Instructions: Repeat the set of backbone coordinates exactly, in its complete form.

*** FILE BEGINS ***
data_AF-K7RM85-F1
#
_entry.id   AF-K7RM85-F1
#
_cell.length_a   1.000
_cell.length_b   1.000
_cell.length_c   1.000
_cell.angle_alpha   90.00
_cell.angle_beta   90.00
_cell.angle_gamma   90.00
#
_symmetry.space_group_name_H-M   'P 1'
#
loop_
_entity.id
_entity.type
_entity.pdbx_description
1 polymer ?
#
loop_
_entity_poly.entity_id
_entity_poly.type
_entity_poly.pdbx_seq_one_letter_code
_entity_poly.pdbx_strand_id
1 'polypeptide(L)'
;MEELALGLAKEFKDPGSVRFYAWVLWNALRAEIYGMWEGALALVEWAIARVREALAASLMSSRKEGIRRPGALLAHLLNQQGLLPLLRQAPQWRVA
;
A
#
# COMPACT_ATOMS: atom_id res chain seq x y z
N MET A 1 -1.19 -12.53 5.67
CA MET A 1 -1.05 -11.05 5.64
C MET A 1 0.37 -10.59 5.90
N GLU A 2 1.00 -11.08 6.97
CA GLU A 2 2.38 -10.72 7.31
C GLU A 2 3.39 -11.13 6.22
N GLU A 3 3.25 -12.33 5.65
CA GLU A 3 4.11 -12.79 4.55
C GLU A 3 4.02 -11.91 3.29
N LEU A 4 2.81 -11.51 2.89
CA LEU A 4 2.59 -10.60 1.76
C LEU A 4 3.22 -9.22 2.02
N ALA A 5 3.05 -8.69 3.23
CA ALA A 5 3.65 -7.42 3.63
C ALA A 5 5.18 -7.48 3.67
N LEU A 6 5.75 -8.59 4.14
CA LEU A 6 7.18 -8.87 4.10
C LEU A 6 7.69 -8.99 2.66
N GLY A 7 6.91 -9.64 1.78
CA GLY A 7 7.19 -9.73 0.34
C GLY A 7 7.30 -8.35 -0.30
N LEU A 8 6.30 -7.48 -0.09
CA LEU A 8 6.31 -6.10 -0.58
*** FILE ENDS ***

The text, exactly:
data_AF-K7RM85-F1
#
_entry.id   AF-K7RM85-F1
#
_cell.length_a   1.000
_cell.length_b   1.000
_cell.length_c   1.000
_cell.angle_alpha   90.00
_cell.angle_beta   90.00
_cell.angle_gamma   90.00
#
_symmetry.space_group_name_H-M   'P 1'
#
loop_
_entity.id
_entity.type
_entity.pdbx_description
1 polymer ?
#
loop_
_entity_poly.entity_id
_entity_poly.type
_entity_poly.pdbx_seq_one_letter_code
_entity_poly.pdbx_strand_id
1 'polypeptide(L)'
;MEELALGLAKEFKDPGSVRFYAWVLWNALRAEIYGMWEGALALVEWAIARVREALAASLMSSRKEGIRRPGALLAHLLNQQGLLPLLRQAPQWRVA
;
A
#
# COMPACT_ATOMS: atom_id res chain seq x y z
N MET A 1 -1.19 -12.53 5.67
CA MET A 1 -1.05 -11.05 5.64
C MET A 1 0.37 -10.59 5.90
N GLU A 2 1.00 -11.08 6.97
CA GLU A 2 2.38 -10.72 7.31
C GLU A 2 3.39 -11.13 6.22
N GLU A 3 3.25 -12.33 5.65
CA GLU A 3 4.11 -12.79 4.55
C GLU A 3 4.02 -11.91 3.29
N LEU A 4 2.81 -11.51 2.89
CA LEU A 4 2.59 -10.60 1.76
C LEU A 4 3.22 -9.22 2.02
N ALA A 5 3.05 -8.69 3.23
CA ALA A 5 3.65 -7.42 3.63
C ALA A 5 5.18 -7.48 3.67
N LEU A 6 5.75 -8.59 4.14
CA LEU A 6 7.18 -8.87 4.10
C LEU A 6 7.69 -8.99 2.66
N GLY A 7 6.91 -9.64 1.78
CA GLY A 7 7.19 -9.73 0.34
C GLY A 7 7.30 -8.35 -0.30
N LEU A 8 6.30 -7.48 -0.09
CA LEU A 8 6.31 -6.10 -0.58